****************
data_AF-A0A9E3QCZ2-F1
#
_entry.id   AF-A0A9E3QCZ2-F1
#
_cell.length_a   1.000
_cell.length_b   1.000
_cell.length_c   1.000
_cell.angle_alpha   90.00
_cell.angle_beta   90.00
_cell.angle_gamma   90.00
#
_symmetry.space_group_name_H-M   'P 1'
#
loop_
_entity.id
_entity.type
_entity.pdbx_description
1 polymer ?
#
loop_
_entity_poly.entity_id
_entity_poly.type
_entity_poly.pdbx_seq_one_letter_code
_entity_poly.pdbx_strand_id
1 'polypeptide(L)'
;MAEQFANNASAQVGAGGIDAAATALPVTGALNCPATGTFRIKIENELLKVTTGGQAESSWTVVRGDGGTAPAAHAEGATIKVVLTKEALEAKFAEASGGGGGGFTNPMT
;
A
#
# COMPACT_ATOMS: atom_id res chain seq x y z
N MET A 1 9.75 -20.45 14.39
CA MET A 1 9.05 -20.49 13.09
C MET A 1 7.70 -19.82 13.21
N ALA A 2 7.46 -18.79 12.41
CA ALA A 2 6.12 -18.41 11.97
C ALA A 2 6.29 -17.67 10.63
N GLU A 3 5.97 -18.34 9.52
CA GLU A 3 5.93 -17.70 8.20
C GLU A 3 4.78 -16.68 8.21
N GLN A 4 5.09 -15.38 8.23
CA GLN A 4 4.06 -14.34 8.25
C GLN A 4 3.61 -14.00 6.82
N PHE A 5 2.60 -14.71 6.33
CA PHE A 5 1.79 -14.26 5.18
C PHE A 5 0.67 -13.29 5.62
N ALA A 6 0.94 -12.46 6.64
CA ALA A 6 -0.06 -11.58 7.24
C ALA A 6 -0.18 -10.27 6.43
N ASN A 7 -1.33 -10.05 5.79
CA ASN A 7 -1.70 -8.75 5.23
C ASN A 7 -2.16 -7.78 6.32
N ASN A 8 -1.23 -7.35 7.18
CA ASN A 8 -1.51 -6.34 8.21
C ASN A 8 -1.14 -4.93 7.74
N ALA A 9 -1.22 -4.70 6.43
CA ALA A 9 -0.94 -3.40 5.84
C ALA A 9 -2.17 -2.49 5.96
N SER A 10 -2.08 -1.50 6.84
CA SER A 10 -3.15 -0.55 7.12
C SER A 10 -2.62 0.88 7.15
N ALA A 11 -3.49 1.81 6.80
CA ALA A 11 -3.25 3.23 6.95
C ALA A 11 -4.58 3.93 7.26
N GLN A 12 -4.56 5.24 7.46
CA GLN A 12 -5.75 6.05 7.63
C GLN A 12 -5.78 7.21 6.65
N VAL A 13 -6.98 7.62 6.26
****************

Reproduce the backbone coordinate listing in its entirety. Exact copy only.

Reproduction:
data_AF-A0A9E3QCZ2-F1
#
_entry.id   AF-A0A9E3QCZ2-F1
#
_cell.length_a   1.000
_cell.length_b   1.000
_cell.length_c   1.000
_cell.angle_alpha   90.00
_cell.angle_beta   90.00
_cell.angle_gamma   90.00
#
_symmetry.space_group_name_H-M   'P 1'
#
loop_
_entity.id
_entity.type
_entity.pdbx_description
1 polymer ?
#
loop_
_entity_poly.entity_id
_entity_poly.type
_entity_poly.pdbx_seq_one_letter_code
_entity_poly.pdbx_strand_id
1 'polypeptide(L)'
;MAEQFANNASAQVGAGGIDAAATALPVTGALNCPATGTFRIKIENELLKVTTGGQAESSWTVVRGDGGTAPAAHAEGATIKVVLTKEALEAKFAEASGGGGGGFTNPMT
;
A
#
# COMPACT_ATOMS: atom_id res chain seq x y z
N MET A 1 9.75 -20.45 14.39
CA MET A 1 9.05 -20.49 13.09
C MET A 1 7.70 -19.82 13.21
N ALA A 2 7.46 -18.79 12.41
CA ALA A 2 6.12 -18.41 11.97
C ALA A 2 6.29 -17.67 10.63
N GLU A 3 5.97 -18.34 9.52
CA GLU A 3 5.93 -17.70 8.20
C GLU A 3 4.78 -16.68 8.21
N GLN A 4 5.09 -15.38 8.23
CA GLN A 4 4.06 -14.34 8.25
C GLN A 4 3.61 -14.00 6.82
N PHE A 5 2.60 -14.71 6.33
CA PHE A 5 1.79 -14.26 5.18
C PHE A 5 0.67 -13.29 5.62
N ALA A 6 0.94 -12.46 6.64
CA ALA A 6 -0.06 -11.58 7.24
C ALA A 6 -0.18 -10.27 6.43
N ASN A 7 -1.33 -10.05 5.79
CA ASN A 7 -1.70 -8.75 5.23
C ASN A 7 -2.16 -7.78 6.32
N ASN A 8 -1.23 -7.35 7.18
CA ASN A 8 -1.51 -6.34 8.21
C ASN A 8 -1.14 -4.93 7.74
N ALA A 9 -1.22 -4.70 6.43
CA ALA A 9 -0.94 -3.40 5.84
C ALA A 9 -2.17 -2.49 5.96
N SER A 10 -2.08 -1.50 6.84
CA SER A 10 -3.15 -0.55 7.12
C SER A 10 -2.62 0.88 7.15
N ALA A 11 -3.49 1.81 6.80
CA ALA A 11 -3.25 3.23 6.95
C ALA A 11 -4.58 3.93 7.26
N GLN A 12 -4.56 5.24 7.46
CA GLN A 12 -5.75 6.05 7.63
C GLN A 12 -5.78 7.21 6.65
N VAL A 13 -6.98 7.62 6.26